Télécharger la présentation
## Lecture 14

- - - - - - - - - - - - - - - - - - - - - - - - - - - E N D - - - - - - - - - - - - - - - - - - - - - - - - - - -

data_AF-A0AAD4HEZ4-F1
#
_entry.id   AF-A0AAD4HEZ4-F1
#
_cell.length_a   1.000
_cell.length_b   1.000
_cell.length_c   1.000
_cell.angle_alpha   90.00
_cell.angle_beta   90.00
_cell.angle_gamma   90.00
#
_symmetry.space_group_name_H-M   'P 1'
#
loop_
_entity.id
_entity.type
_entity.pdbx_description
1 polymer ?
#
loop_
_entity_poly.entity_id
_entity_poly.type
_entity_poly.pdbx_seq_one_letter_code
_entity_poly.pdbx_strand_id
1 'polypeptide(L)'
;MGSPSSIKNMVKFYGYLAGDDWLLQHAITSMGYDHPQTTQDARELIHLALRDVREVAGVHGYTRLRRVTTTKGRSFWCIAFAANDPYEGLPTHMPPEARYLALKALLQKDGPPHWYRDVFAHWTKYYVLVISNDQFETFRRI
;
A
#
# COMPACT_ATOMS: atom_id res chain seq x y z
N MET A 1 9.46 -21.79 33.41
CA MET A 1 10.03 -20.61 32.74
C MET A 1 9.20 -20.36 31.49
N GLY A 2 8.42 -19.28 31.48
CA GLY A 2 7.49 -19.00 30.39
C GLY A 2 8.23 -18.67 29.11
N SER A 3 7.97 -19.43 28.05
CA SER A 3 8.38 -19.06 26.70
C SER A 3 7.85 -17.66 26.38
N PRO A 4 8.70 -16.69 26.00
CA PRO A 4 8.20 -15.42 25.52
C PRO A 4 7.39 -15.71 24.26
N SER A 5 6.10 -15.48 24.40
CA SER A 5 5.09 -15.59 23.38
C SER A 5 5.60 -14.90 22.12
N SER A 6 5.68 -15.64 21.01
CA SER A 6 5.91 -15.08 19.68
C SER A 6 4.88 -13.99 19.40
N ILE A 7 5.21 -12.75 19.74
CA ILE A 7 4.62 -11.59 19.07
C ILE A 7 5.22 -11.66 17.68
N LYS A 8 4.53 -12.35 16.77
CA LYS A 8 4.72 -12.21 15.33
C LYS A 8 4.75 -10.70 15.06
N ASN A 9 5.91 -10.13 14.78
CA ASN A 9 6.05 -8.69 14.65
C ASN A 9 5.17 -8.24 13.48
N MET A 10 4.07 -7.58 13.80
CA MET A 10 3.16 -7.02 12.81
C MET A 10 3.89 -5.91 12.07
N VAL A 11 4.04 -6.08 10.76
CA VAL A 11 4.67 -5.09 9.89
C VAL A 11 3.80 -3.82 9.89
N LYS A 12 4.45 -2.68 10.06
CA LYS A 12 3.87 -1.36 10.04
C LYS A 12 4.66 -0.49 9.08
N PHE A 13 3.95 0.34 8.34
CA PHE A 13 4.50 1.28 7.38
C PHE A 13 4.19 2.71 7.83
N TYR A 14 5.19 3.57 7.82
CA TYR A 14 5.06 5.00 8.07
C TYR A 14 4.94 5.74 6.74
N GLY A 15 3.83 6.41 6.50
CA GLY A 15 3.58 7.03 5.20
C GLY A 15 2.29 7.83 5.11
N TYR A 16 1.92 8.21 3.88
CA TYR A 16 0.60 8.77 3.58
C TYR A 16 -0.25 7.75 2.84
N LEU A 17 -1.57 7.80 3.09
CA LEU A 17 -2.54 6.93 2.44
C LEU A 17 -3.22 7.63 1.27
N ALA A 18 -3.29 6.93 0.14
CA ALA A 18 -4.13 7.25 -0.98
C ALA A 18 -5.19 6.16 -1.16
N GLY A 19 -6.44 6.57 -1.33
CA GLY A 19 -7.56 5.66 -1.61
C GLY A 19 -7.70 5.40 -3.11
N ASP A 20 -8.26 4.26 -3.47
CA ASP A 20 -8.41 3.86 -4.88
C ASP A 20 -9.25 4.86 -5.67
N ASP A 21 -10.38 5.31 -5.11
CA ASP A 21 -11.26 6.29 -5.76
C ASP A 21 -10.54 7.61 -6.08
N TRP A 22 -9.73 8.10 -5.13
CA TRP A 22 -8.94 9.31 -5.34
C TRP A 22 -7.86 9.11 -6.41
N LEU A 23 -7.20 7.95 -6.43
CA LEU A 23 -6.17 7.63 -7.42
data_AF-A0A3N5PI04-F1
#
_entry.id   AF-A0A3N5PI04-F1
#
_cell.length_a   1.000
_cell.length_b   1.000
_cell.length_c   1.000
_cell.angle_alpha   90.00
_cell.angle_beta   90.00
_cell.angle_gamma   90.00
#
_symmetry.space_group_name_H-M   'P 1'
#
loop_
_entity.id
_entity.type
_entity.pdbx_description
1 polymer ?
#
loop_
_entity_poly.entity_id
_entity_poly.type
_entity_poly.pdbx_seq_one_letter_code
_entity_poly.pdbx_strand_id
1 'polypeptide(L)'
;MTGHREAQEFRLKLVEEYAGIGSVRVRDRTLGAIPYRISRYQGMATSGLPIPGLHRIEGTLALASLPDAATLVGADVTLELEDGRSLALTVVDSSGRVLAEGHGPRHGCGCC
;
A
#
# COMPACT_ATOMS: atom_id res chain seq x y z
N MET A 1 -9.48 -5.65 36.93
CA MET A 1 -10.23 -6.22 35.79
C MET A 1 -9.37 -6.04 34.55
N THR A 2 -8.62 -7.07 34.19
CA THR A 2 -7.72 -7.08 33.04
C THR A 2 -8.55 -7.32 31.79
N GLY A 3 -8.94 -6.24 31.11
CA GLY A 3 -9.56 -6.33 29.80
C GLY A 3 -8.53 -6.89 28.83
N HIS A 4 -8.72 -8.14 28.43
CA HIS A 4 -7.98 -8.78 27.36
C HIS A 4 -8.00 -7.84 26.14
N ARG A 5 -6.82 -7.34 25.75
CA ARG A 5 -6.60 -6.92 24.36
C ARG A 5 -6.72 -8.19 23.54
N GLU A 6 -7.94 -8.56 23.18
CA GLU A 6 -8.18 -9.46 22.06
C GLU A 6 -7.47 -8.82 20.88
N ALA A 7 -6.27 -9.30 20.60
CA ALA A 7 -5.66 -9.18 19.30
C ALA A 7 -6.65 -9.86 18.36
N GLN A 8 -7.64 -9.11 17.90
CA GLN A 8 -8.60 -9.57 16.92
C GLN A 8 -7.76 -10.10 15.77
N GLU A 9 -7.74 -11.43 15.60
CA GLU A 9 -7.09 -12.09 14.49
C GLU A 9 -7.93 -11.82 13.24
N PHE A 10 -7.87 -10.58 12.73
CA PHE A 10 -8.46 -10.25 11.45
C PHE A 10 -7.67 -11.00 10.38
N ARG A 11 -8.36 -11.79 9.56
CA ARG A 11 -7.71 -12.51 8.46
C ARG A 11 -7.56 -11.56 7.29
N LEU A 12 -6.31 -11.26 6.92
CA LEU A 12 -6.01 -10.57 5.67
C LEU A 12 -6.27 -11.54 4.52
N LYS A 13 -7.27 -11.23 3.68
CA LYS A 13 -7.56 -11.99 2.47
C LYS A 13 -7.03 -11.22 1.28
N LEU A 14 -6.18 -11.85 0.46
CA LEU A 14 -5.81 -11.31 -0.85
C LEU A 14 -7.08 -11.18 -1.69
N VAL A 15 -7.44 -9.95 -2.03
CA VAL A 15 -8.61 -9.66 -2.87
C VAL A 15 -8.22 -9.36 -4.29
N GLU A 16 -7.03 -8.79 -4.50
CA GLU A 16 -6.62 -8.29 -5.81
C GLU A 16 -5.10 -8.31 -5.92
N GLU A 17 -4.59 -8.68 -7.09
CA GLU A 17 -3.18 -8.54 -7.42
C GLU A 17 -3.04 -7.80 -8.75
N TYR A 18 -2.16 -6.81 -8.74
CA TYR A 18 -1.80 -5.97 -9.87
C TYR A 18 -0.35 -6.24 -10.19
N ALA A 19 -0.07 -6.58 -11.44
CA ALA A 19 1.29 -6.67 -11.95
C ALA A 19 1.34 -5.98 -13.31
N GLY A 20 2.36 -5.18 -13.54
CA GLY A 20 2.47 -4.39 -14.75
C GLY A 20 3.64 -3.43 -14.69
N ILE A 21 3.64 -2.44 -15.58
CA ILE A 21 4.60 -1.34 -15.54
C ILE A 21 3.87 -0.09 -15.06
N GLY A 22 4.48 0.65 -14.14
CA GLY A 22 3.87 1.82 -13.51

**Lecture 14**• Learning • Inductive inference • Probably approximately correct learning CS-424 Gregory Dudek**What is learning?**Key point: all learning can be seen as learning the representation of a function. Will become clearer with more examples! Example representations: • propositional if-then rules • first-order if-then rules • first-order logic theories • decision trees • neural networks • Java programs CS-424 Gregory Dudek**Learning: formalism**Come up with some function f such that • f(x) = yfor all training examples (x,y) and • f (somehow) generalizes to yet unseen examples. • In practice, we don’t always do it perfectly. CS-424 Gregory Dudek**Inductive bias: intro**• There has to be some structure apparent in the inputs in order to support generalization. • Consider the following pairs from the phone book. Inputs Outputs Ralph Student 941-2983 Louie Reasoner 456-1935 Harry Coder 247-1993 Fred Flintstone ???-???? • There is not much to go on here. • Suppose we were to add zip code information. • Suppose phone numbers were issued based on the spelling of a person's last name. • Suppose the outputs were user passwords? CS-424 Gregory Dudek**Example 2**• Consider the problem of fitting a curve to a set of (x,y) pairs. | x x |-x----------x--- | x |__________x_____ • Should you fit a linear, quadratic, cubic, piece-wise linear function? • It would help to have some idea of how smooth the target function is or to know from what family of functions (e.g., polynomials of degree 3) to choose from. • Does this sound like cheating? What's the alternative? CS-424 Gregory Dudek**Inductive Learning**Given a collection of examples (x,f(x)), return a function h that approximates f. h is called the hypothesis and is chosen from the hypothesis space. • What if f is not in the hypothesis space? CS-424 Gregory Dudek**Inductive Bias: definition**• This "some idea of what to choose from" is called an inductive bias. • Terminology H, hypothesis space - a set of functions to choose from C, concept space - a set of possible functions to learn • Often in learning we search for a hypothesis f in H that is consistent with the training examples, i.e., f(x) = y for all training examples (x,y). • In some cases, any hypothesis consistent with the training examples is likely to generalize to unseen examples. The trick is to find the right bias. CS-424 Gregory Dudek**Which hypothesis?**CS-424 Gregory Dudek**Bias explanation**How does learning algorithm decide Bias leads them to prefer one hypothesis over another. Two types of bias: • preference bias (or search bias) depending on how the hypothesis space is explored, you get different answers • restriction bias (or language bias), the “language” used: Java, FOL, etc. (h is not equal to c). • e.g. language: piece-wise linear functions: gives (b)/(d). CS-424 Gregory Dudek**Issues in selecting the bias**Tradeoff (similar in reasoning): more expressive the language, the harder to find (compute) a good hypothesis. Compare: propositional Horn clauses with first-order logic theories or Java programs. • Also, often need more examples. CS-424 Gregory Dudek**Occam’s Razor**• Most standard and intuitive preference bias: Occam’s Razor (aka Ockham’s Razor) The most likely hypothesis isthe simplest one that isconsistent will all of theobservations. • Named after Sir William of Ockham. CS-424 Gregory Dudek**Implications**• The world is simple. • The chances of an accidentally correct explanation are low for a simple theory. CS-424 Gregory Dudek**Probably Approximately Correct (PAC) Learning**Two important questions that we have yet to address: • Where do the training examples come from? • How do we test performance, i.e., are we doing a good job learning? • PAC learning is one approach to dealing with these questions. CS-424 Gregory Dudek**Classifier example**Consider learning the predicate Flies(Z) = { true, false}. We are assigning objects to one of two categories: recall we call this a classifier. Suppose that X = {pigeon,dodo,penguin,747}, Y = {true,false}, and that Pr(pigeon) = 0.3 Flies(pigeon) = true Pr(dodo) = 0.1 Flies(dodo) = false Pr(penguin) = 0.2 Flies(penguin) = false Pr(747) = 0.4 Flies(747) = true Pr is the distribution governing the presentation of training examples (how often do we see such examples). We will use the same distribution for evaluation purposes. CS-424 Gregory Dudek**Note that if we mis-classified dodos but got everything else**right, then we would still be doing pretty well in the sense that 90% of the time • we would get the right answer. • We formalize this as follows. CS-424 Gregory Dudek**The approximate error associated with a hypothesis f is**• error(f) = ∑ {x | f(x) not= Flies(x)} Pr(x) • We say that a hypothesis is approximately correct with error at most if error(f) =< CS-424 Gregory Dudek**The chances that a theory is correct increases with the**number of consistent examples it predicts. • Or…. • A badly wrong theory will probably be uncovered after only a few tests. CS-424 Gregory Dudek**PAC: definition**Relax this requirement by not requiring that the learning program necessarily achieve a small error but only that it to keep the error small with high probability. Probably approximately correct (PAC) with probability and error at most if, given any set of training examples drawn according to the fixed distribution, the program outputs a hypothesis f such that Pr(Error(f) > ) < CS-424 Gregory Dudek**PAC**• Idea: • Consider space of hypotheses. • Divide these into “good” and “bad” sets. • Want to assure that we can close in on the set of good hypotheses that are close approximations of the correct theory. CS-424 Gregory Dudek**PAC Training examples**Theorem: If the number of hypotheses |H| is finite, then a program that returns an hypothesis that is consistent with ln( /|H|)/ln(1- ) training examples (drawn according to Pr) is guaranteed to be PAC with probability and error bounded by . CS-424 Gregory Dudek**PAC theorem: proof**If f is not approximately correct then Error(f) > so the probability of f being correct on one example is < 1 - and the probability of being correct on m examples is < (1 - )m. Suppose that H = {f,g}. The probability that f correctly classifies all m examples is < (1 - )m. The probability that g correctly classifies all m examples is < (1 - )m. The probability that one of f or g correctly classifies all m examples is < 2 * (1 - )^m. To ensure that any hypothesis consistent with m training examples is correct with an error at most with probability , we choose m so that 2 * (1 - )^m < . CS-424 Gregory Dudek**Generalizing, there are |H| hypotheses in the restricted**hypothesis space and hence the probability that there is some hypothesis in H that correctly classifies all m examples is bounded by |H|(1- )m. Solving for m in |H|(1- )m < we obtain m >= ln( /|H|)/ln(1- ). QED CS-424 Gregory Dudek**Stationarity**• Key assumption of PAC learning: Past examples are drawn randomly from the same distribution as future examples: stationarity. The number m of examples required is called the sample complexity. CS-424 Gregory Dudek**A class of concepts C is said to be PAC learnable for a**hypothesis space H if (roughly) there exists an polynomial time algorithm such that: for any c in C, distribution Pr, epsilon, and delta, if the algorithm is given a number of training examples polynomial in 1/epsilon and 1/delta then with probability 1-delta the algorithm will return a hypothesis f from H such that Error(f) =< epsilon. CS-424 Gregory Dudek**Overfitting**Consider error in hypothesis h over: • training data: error train (h) • entire distribution D of data: errorD (h) • Hypothesis h \in Hoverfits training data if • there is an alternative hypothesis h’ \in H such that • errortrain (h) < errortrain (h’) but • errorD (h) > errorD (h’) CS-424 Gregory Dudek